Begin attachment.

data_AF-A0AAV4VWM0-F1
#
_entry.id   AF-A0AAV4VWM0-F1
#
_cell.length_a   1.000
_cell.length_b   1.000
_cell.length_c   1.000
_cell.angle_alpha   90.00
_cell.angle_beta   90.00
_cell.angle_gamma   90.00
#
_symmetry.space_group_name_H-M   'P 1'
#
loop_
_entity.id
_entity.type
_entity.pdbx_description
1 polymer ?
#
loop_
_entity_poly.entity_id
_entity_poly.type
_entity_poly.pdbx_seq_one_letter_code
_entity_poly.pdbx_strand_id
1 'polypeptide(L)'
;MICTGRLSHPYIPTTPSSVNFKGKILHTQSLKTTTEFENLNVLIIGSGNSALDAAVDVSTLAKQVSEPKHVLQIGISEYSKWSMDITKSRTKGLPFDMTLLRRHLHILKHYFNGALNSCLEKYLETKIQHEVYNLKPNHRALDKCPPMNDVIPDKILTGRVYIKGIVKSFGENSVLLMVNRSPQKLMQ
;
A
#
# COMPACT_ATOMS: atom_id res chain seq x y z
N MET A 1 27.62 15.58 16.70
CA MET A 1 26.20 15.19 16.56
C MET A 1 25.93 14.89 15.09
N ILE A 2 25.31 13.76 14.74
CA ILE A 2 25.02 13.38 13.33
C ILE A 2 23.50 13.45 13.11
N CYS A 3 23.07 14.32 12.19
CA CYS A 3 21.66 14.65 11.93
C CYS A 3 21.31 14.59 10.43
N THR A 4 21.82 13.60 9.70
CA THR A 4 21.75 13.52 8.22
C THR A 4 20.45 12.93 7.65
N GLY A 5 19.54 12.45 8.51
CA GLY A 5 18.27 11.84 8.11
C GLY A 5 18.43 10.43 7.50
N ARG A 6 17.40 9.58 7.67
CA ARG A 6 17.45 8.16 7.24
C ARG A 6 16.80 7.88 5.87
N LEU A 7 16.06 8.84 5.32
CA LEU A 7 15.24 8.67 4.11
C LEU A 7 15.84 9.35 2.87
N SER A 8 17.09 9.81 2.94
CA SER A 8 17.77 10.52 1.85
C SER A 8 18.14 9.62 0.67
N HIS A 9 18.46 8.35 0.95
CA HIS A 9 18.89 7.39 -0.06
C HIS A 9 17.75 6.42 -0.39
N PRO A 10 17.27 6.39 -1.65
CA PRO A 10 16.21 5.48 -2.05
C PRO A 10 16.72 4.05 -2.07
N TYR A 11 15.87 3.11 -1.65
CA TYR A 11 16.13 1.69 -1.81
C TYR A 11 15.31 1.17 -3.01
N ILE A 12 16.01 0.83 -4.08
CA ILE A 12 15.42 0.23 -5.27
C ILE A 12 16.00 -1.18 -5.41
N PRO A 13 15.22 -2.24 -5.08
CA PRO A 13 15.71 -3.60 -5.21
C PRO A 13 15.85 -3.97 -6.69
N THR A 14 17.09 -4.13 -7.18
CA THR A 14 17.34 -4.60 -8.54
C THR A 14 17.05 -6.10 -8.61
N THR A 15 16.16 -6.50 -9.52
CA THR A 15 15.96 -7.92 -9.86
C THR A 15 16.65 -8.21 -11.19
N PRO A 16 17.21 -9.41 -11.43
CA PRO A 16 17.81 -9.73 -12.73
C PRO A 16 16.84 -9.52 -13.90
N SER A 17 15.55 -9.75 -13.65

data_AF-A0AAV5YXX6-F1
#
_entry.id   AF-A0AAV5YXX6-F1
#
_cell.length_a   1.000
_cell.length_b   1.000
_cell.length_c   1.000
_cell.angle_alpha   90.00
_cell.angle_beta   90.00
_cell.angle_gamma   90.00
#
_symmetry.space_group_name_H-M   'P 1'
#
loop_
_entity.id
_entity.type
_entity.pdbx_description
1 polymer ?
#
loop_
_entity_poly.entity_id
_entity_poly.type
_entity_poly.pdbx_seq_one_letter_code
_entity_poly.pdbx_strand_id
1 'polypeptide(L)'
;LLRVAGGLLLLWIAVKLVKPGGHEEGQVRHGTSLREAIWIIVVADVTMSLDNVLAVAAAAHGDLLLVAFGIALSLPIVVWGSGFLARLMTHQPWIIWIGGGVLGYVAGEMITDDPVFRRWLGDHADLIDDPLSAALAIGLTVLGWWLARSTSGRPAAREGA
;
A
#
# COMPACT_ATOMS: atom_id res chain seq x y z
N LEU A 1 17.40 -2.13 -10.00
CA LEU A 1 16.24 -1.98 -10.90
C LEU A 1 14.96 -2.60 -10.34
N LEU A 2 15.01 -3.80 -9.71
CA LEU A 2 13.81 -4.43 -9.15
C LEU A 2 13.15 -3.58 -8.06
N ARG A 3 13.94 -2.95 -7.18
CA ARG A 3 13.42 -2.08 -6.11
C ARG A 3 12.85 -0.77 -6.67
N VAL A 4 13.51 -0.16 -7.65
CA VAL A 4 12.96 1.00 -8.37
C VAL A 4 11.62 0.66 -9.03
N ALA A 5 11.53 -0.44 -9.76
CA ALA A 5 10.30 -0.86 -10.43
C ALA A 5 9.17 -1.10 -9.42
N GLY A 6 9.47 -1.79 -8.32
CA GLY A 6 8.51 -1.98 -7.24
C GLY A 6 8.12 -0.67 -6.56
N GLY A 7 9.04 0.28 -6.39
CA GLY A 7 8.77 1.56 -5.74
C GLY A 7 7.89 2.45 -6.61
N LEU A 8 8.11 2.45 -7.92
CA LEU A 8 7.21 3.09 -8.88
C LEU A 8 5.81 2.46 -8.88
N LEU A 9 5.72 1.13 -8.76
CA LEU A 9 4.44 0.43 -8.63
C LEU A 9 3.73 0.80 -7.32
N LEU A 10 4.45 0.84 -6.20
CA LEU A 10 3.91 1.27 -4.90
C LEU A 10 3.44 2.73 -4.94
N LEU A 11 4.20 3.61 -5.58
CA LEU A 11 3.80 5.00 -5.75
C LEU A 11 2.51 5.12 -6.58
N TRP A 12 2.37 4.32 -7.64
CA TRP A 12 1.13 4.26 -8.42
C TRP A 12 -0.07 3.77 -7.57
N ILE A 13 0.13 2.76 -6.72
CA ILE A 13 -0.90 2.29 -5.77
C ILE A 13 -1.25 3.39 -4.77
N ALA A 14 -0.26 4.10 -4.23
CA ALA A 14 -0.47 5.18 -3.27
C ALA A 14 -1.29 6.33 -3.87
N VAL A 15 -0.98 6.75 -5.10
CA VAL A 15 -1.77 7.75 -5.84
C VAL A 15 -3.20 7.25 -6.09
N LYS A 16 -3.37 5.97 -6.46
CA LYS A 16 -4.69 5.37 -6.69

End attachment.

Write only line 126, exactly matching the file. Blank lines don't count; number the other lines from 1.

CA GLY A 6 8.51 -1.98 -7.24